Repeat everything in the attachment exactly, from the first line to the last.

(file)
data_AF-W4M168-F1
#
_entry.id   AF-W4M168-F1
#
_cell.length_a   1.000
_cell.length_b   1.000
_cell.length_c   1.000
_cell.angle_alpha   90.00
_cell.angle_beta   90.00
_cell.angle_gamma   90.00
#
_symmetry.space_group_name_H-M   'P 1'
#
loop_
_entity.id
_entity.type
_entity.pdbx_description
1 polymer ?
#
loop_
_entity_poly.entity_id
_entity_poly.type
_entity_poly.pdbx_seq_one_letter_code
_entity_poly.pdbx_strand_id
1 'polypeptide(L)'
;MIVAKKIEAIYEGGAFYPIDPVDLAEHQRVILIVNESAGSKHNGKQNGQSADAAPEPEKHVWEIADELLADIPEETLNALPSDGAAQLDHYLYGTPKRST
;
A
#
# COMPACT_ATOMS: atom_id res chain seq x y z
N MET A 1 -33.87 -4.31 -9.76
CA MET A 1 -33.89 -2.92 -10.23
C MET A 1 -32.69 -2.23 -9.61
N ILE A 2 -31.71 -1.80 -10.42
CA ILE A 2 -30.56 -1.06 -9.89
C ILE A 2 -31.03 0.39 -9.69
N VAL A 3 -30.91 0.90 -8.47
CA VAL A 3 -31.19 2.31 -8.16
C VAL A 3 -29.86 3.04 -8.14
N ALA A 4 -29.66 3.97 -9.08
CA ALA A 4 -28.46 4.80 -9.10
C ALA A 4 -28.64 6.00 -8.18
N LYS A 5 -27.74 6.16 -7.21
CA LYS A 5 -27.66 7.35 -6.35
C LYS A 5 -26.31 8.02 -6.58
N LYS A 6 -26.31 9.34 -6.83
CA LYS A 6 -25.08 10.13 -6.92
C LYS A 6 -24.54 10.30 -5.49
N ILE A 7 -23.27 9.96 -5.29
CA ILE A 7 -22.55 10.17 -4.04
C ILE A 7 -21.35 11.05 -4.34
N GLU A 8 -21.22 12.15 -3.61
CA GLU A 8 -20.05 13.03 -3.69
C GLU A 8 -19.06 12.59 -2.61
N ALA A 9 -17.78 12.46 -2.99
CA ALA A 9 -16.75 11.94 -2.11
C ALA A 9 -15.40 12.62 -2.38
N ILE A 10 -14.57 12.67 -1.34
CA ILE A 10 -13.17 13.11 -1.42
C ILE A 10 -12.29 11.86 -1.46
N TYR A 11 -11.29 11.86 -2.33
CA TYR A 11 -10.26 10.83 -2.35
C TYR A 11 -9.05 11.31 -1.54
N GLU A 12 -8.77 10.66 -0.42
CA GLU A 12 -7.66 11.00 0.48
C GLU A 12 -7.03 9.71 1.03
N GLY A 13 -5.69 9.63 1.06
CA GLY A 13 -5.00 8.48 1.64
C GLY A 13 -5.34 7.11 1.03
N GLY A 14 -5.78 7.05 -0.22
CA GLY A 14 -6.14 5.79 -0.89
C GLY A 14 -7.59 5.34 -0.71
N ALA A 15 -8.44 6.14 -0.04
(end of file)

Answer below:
data_AF-W4M168-F1
#
_entry.id   AF-W4M168-F1
#
_cell.length_a   1.000
_cell.length_b   1.000
_cell.length_c   1.000
_cell.angle_alpha   90.00
_cell.angle_beta   90.00
_cell.angle_gamma   90.00
#
_symmetry.space_group_name_H-M   'P 1'
#
loop_
_entity.id
_entity.type
_entity.pdbx_description
1 polymer ?
#
loop_
_entity_poly.entity_id
_entity_poly.type
_entity_poly.pdbx_seq_one_letter_code
_entity_poly.pdbx_strand_id
1 'polypeptide(L)'
;MIVAKKIEAIYEGGAFYPIDPVDLAEHQRVILIVNESAGSKHNGKQNGQSADAAPEPEKHVWEIADELLADIPEETLNALPSDGAAQLDHYLYGTPKRST
;
A
#
# COMPACT_ATOMS: atom_id res chain seq x y z
N MET A 1 -33.87 -4.31 -9.76
CA MET A 1 -33.89 -2.92 -10.23
C MET A 1 -32.69 -2.23 -9.61
N ILE A 2 -31.71 -1.80 -10.42
CA ILE A 2 -30.56 -1.06 -9.89
C ILE A 2 -31.03 0.39 -9.69
N VAL A 3 -30.91 0.90 -8.47
CA VAL A 3 -31.19 2.31 -8.16
C VAL A 3 -29.86 3.04 -8.14
N ALA A 4 -29.66 3.97 -9.08
CA ALA A 4 -28.46 4.80 -9.10
C ALA A 4 -28.64 6.00 -8.18
N LYS A 5 -27.74 6.16 -7.21
CA LYS A 5 -27.66 7.35 -6.35
C LYS A 5 -26.31 8.02 -6.58
N LYS A 6 -26.31 9.34 -6.83
CA LYS A 6 -25.08 10.13 -6.92
C LYS A 6 -24.54 10.30 -5.49
N ILE A 7 -23.27 9.96 -5.29
CA ILE A 7 -22.55 10.17 -4.04
C ILE A 7 -21.35 11.05 -4.34
N GLU A 8 -21.22 12.15 -3.61
CA GLU A 8 -20.05 13.03 -3.69
C GLU A 8 -19.06 12.59 -2.61
N ALA A 9 -17.78 12.46 -2.99
CA ALA A 9 -16.75 11.94 -2.11
C ALA A 9 -15.40 12.62 -2.38
N ILE A 10 -14.57 12.67 -1.34
CA ILE A 10 -13.17 13.11 -1.42
C ILE A 10 -12.29 11.86 -1.46
N TYR A 11 -11.29 11.86 -2.33
CA TYR A 11 -10.26 10.83 -2.35
C TYR A 11 -9.05 11.31 -1.54
N GLU A 12 -8.77 10.66 -0.42
CA GLU A 12 -7.66 11.00 0.48
C GLU A 12 -7.03 9.71 1.03
N GLY A 13 -5.69 9.63 1.06
CA GLY A 13 -5.00 8.48 1.64
C GLY A 13 -5.34 7.11 1.03
N GLY A 14 -5.78 7.05 -0.22
CA GLY A 14 -6.14 5.79 -0.89
C GLY A 14 -7.59 5.34 -0.71
N ALA A 15 -8.44 6.14 -0.04